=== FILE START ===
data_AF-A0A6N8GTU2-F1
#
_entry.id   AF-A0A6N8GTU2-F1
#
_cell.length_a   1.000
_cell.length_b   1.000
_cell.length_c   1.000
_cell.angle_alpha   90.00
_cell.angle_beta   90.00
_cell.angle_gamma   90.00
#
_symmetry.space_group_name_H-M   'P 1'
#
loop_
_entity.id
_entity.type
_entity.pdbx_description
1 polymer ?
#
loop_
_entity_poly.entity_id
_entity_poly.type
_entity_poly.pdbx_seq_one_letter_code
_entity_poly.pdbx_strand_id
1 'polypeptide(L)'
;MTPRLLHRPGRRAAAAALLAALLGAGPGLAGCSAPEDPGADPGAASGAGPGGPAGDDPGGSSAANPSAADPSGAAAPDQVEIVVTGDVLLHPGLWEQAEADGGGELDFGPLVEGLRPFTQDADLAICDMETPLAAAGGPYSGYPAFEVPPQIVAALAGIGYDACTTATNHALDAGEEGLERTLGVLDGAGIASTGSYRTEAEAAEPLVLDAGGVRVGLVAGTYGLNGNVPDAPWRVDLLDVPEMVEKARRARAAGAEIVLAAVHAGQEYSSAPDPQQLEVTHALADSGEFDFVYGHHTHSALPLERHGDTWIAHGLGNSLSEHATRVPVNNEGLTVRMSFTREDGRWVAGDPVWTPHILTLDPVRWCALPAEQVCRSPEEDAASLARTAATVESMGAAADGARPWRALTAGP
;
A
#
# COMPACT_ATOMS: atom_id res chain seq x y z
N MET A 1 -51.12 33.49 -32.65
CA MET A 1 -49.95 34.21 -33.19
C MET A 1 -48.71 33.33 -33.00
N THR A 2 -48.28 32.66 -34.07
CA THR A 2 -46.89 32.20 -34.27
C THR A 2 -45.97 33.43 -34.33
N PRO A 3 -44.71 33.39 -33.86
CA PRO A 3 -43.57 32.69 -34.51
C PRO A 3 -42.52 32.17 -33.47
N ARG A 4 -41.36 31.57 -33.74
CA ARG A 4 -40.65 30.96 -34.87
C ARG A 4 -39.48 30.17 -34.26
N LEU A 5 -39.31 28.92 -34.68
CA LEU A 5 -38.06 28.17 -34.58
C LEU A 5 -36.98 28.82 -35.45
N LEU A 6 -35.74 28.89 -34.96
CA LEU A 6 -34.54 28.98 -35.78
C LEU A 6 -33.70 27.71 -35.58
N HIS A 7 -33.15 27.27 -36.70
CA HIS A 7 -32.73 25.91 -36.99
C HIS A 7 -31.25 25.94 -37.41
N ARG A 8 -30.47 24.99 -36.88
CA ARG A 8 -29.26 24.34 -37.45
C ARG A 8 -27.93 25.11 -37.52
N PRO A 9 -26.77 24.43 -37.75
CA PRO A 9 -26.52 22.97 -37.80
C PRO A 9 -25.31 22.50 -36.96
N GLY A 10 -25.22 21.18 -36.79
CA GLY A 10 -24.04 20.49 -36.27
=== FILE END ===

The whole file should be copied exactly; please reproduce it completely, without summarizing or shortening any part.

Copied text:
data_AF-A0A6N8GTU2-F1
#
_entry.id   AF-A0A6N8GTU2-F1
#
_cell.length_a   1.000
_cell.length_b   1.000
_cell.length_c   1.000
_cell.angle_alpha   90.00
_cell.angle_beta   90.00
_cell.angle_gamma   90.00
#
_symmetry.space_group_name_H-M   'P 1'
#
loop_
_entity.id
_entity.type
_entity.pdbx_description
1 polymer ?
#
loop_
_entity_poly.entity_id
_entity_poly.type
_entity_poly.pdbx_seq_one_letter_code
_entity_poly.pdbx_strand_id
1 'polypeptide(L)'
;MTPRLLHRPGRRAAAAALLAALLGAGPGLAGCSAPEDPGADPGAASGAGPGGPAGDDPGGSSAANPSAADPSGAAAPDQVEIVVTGDVLLHPGLWEQAEADGGGELDFGPLVEGLRPFTQDADLAICDMETPLAAAGGPYSGYPAFEVPPQIVAALAGIGYDACTTATNHALDAGEEGLERTLGVLDGAGIASTGSYRTEAEAAEPLVLDAGGVRVGLVAGTYGLNGNVPDAPWRVDLLDVPEMVEKARRARAAGAEIVLAAVHAGQEYSSAPDPQQLEVTHALADSGEFDFVYGHHTHSALPLERHGDTWIAHGLGNSLSEHATRVPVNNEGLTVRMSFTREDGRWVAGDPVWTPHILTLDPVRWCALPAEQVCRSPEEDAASLARTAATVESMGAAADGARPWRALTAGP
;
A
#
# COMPACT_ATOMS: atom_id res chain seq x y z
N MET A 1 -51.12 33.49 -32.65
CA MET A 1 -49.95 34.21 -33.19
C MET A 1 -48.71 33.33 -33.00
N THR A 2 -48.28 32.66 -34.07
CA THR A 2 -46.89 32.20 -34.27
C THR A 2 -45.97 33.43 -34.33
N PRO A 3 -44.71 33.39 -33.86
CA PRO A 3 -43.57 32.69 -34.51
C PRO A 3 -42.52 32.17 -33.47
N ARG A 4 -41.36 31.57 -33.74
CA ARG A 4 -40.65 30.96 -34.87
C ARG A 4 -39.48 30.17 -34.26
N LEU A 5 -39.31 28.92 -34.68
CA LEU A 5 -38.06 28.17 -34.58
C LEU A 5 -36.98 28.82 -35.45
N LEU A 6 -35.74 28.89 -34.96
CA LEU A 6 -34.54 28.98 -35.78
C LEU A 6 -33.70 27.71 -35.58
N HIS A 7 -33.15 27.27 -36.70
CA HIS A 7 -32.73 25.91 -36.99
C HIS A 7 -31.25 25.94 -37.41
N ARG A 8 -30.47 24.99 -36.88
CA ARG A 8 -29.26 24.34 -37.45
C ARG A 8 -27.93 25.11 -37.52
N PRO A 9 -26.77 24.43 -37.75
CA PRO A 9 -26.52 22.97 -37.80
C PRO A 9 -25.31 22.50 -36.96
N GLY A 10 -25.22 21.18 -36.79
CA GLY A 10 -24.04 20.49 -36.27